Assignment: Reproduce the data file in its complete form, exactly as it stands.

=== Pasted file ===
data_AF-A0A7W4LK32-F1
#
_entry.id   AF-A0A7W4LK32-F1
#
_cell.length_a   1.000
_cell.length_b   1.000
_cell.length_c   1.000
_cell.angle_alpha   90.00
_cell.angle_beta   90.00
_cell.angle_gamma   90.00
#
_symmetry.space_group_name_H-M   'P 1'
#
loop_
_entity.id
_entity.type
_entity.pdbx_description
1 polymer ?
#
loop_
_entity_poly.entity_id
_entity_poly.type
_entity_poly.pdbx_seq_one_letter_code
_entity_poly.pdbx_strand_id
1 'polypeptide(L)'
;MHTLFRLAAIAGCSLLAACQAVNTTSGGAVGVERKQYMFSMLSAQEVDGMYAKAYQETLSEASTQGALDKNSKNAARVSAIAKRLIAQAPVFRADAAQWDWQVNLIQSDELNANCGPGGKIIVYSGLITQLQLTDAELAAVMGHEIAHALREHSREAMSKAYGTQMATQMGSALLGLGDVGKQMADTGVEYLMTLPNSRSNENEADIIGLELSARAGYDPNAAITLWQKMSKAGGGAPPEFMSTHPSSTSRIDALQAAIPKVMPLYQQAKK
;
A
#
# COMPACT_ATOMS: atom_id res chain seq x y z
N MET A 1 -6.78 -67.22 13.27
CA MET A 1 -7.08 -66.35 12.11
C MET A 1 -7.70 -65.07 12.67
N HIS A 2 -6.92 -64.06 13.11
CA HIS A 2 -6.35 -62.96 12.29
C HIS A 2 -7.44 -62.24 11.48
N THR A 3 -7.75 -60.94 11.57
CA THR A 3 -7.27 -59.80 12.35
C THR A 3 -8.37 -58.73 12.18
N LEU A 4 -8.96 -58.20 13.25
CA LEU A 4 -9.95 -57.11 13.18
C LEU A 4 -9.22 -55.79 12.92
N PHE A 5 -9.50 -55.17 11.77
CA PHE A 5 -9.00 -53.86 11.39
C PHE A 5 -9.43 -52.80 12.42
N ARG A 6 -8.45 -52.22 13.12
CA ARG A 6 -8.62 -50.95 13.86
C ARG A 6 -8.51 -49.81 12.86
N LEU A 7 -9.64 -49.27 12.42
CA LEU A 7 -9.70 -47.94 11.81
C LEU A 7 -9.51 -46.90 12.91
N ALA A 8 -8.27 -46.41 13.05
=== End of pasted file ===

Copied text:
data_AF-A0A7W4LK32-F1
#
_entry.id   AF-A0A7W4LK32-F1
#
_cell.length_a   1.000
_cell.length_b   1.000
_cell.length_c   1.000
_cell.angle_alpha   90.00
_cell.angle_beta   90.00
_cell.angle_gamma   90.00
#
_symmetry.space_group_name_H-M   'P 1'
#
loop_
_entity.id
_entity.type
_entity.pdbx_description
1 polymer ?
#
loop_
_entity_poly.entity_id
_entity_poly.type
_entity_poly.pdbx_seq_one_letter_code
_entity_poly.pdbx_strand_id
1 'polypeptide(L)'
;MHTLFRLAAIAGCSLLAACQAVNTTSGGAVGVERKQYMFSMLSAQEVDGMYAKAYQETLSEASTQGALDKNSKNAARVSAIAKRLIAQAPVFRADAAQWDWQVNLIQSDELNANCGPGGKIIVYSGLITQLQLTDAELAAVMGHEIAHALREHSREAMSKAYGTQMATQMGSALLGLGDVGKQMADTGVEYLMTLPNSRSNENEADIIGLELSARAGYDPNAAITLWQKMSKAGGGAPPEFMSTHPSSTSRIDALQAAIPKVMPLYQQAKK
;
A
#
# COMPACT_ATOMS: atom_id res chain seq x y z
N MET A 1 -6.78 -67.22 13.27
CA MET A 1 -7.08 -66.35 12.11
C MET A 1 -7.70 -65.07 12.67
N HIS A 2 -6.92 -64.06 13.11
CA HIS A 2 -6.35 -62.96 12.29
C HIS A 2 -7.44 -62.24 11.48
N THR A 3 -7.75 -60.94 11.57
CA THR A 3 -7.27 -59.80 12.35
C THR A 3 -8.37 -58.73 12.18
N LEU A 4 -8.96 -58.20 13.25
CA LEU A 4 -9.95 -57.11 13.18
C LEU A 4 -9.22 -55.79 12.92
N PHE A 5 -9.50 -55.17 11.77
CA PHE A 5 -9.00 -53.86 11.39
C PHE A 5 -9.43 -52.80 12.42
N ARG A 6 -8.45 -52.22 13.12
CA ARG A 6 -8.62 -50.95 13.86
C ARG A 6 -8.51 -49.81 12.86
N LEU A 7 -9.64 -49.27 12.42
CA LEU A 7 -9.70 -47.94 11.81
C LEU A 7 -9.51 -46.90 12.91
N ALA A 8 -8.27 -46.41 13.05